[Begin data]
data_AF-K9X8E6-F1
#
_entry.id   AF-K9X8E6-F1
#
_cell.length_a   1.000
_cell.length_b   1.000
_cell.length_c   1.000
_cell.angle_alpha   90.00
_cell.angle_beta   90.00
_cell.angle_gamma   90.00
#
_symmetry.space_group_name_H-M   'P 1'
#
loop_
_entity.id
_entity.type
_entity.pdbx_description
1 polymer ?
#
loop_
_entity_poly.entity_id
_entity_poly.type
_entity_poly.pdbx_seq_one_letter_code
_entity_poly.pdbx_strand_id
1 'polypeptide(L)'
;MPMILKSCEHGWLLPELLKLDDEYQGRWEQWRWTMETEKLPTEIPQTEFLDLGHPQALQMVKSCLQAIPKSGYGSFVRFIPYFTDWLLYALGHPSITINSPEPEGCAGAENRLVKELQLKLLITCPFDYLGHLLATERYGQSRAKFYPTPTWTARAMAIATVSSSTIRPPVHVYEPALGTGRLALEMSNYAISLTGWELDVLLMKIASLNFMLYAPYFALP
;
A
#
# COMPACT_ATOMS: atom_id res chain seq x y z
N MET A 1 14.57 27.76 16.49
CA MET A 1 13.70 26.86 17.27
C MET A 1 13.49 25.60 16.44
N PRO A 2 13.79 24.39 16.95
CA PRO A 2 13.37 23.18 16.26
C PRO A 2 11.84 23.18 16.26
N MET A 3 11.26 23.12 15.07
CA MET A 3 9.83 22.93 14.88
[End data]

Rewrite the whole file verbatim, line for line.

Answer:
data_AF-K9X8E6-F1
#
_entry.id   AF-K9X8E6-F1
#
_cell.length_a   1.000
_cell.length_b   1.000
_cell.length_c   1.000
_cell.angle_alpha   90.00
_cell.angle_beta   90.00
_cell.angle_gamma   90.00
#
_symmetry.space_group_name_H-M   'P 1'
#
loop_
_entity.id
_entity.type
_entity.pdbx_description
1 polymer ?
#
loop_
_entity_poly.entity_id
_entity_poly.type
_entity_poly.pdbx_seq_one_letter_code
_entity_poly.pdbx_strand_id
1 'polypeptide(L)'
;MPMILKSCEHGWLLPELLKLDDEYQGRWEQWRWTMETEKLPTEIPQTEFLDLGHPQALQMVKSCLQAIPKSGYGSFVRFIPYFTDWLLYALGHPSITINSPEPEGCAGAENRLVKELQLKLLITCPFDYLGHLLATERYGQSRAKFYPTPTWTARAMAIATVSSSTIRPPVHVYEPALGTGRLALEMSNYAISLTGWELDVLLMKIASLNFMLYAPYFALP
;
A
#
# COMPACT_ATOMS: atom_id res chain seq x y z
N MET A 1 14.57 27.76 16.49
CA MET A 1 13.70 26.86 17.27
C MET A 1 13.49 25.60 16.44
N PRO A 2 13.79 24.39 16.95
CA PRO A 2 13.37 23.18 16.26
C PRO A 2 11.84 23.18 16.26
N MET A 3 11.26 23.12 15.07
CA MET A 3 9.83 22.93 14.88